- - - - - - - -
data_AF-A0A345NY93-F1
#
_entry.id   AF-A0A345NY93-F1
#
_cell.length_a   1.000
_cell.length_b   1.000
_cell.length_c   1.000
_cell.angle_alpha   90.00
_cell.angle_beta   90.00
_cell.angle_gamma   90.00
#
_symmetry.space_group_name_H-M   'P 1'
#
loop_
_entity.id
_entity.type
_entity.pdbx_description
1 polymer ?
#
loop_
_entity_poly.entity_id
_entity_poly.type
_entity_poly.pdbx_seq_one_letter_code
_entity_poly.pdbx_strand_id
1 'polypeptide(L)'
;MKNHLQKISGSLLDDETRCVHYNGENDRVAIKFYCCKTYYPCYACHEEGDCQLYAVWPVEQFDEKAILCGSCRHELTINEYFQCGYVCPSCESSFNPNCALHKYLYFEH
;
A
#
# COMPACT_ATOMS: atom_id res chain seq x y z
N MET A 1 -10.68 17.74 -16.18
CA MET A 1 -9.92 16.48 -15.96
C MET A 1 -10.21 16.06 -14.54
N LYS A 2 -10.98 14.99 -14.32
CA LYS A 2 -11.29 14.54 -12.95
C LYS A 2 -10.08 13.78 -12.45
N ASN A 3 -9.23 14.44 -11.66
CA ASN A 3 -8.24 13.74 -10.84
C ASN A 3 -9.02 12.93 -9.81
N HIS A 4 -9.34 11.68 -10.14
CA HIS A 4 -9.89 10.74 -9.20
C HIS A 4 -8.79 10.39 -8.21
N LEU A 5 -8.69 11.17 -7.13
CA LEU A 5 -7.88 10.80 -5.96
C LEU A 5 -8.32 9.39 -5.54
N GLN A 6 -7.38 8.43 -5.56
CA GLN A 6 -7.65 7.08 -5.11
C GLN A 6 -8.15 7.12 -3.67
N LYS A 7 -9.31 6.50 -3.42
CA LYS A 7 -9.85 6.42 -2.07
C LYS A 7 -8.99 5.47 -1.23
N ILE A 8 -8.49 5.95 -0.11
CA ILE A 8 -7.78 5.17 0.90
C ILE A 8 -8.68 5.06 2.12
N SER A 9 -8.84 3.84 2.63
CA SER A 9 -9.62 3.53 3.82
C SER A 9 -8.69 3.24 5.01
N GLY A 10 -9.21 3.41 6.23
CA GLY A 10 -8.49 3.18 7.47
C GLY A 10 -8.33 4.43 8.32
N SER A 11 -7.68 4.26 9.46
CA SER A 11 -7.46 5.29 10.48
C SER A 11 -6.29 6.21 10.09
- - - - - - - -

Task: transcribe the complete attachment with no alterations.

data_AF-A0A345NY93-F1
#
_entry.id   AF-A0A345NY93-F1
#
_cell.length_a   1.000
_cell.length_b   1.000
_cell.length_c   1.000
_cell.angle_alpha   90.00
_cell.angle_beta   90.00
_cell.angle_gamma   90.00
#
_symmetry.space_group_name_H-M   'P 1'
#
loop_
_entity.id
_entity.type
_entity.pdbx_description
1 polymer ?
#
loop_
_entity_poly.entity_id
_entity_poly.type
_entity_poly.pdbx_seq_one_letter_code
_entity_poly.pdbx_strand_id
1 'polypeptide(L)'
;MKNHLQKISGSLLDDETRCVHYNGENDRVAIKFYCCKTYYPCYACHEEGDCQLYAVWPVEQFDEKAILCGSCRHELTINEYFQCGYVCPSCESSFNPNCALHKYLYFEH
;
A
#
# COMPACT_ATOMS: atom_id res chain seq x y z
N MET A 1 -10.68 17.74 -16.18
CA MET A 1 -9.92 16.48 -15.96
C MET A 1 -10.21 16.06 -14.54
N LYS A 2 -10.98 14.99 -14.32
CA LYS A 2 -11.29 14.54 -12.95
C LYS A 2 -10.08 13.78 -12.45
N ASN A 3 -9.23 14.44 -11.66
CA ASN A 3 -8.24 13.74 -10.84
C ASN A 3 -9.02 12.93 -9.81
N HIS A 4 -9.34 11.68 -10.14
CA HIS A 4 -9.89 10.74 -9.20
C HIS A 4 -8.79 10.39 -8.21
N LEU A 5 -8.69 11.17 -7.13
CA LEU A 5 -7.88 10.80 -5.96
C LEU A 5 -8.32 9.39 -5.54
N GLN A 6 -7.38 8.43 -5.56
CA GLN A 6 -7.65 7.08 -5.11
C GLN A 6 -8.15 7.12 -3.67
N LYS A 7 -9.31 6.50 -3.42
CA LYS A 7 -9.85 6.42 -2.07
C LYS A 7 -8.99 5.47 -1.23
N ILE A 8 -8.49 5.95 -0.11
CA ILE A 8 -7.78 5.17 0.90
C ILE A 8 -8.68 5.06 2.12
N SER A 9 -8.84 3.84 2.63
CA SER A 9 -9.62 3.53 3.82
C SER A 9 -8.69 3.24 5.01
N GLY A 10 -9.21 3.41 6.23
CA GLY A 10 -8.49 3.18 7.47
C GLY A 10 -8.33 4.43 8.32
N SER A 11 -7.68 4.26 9.46
CA SER A 11 -7.46 5.29 10.48
C SER A 11 -6.29 6.21 10.09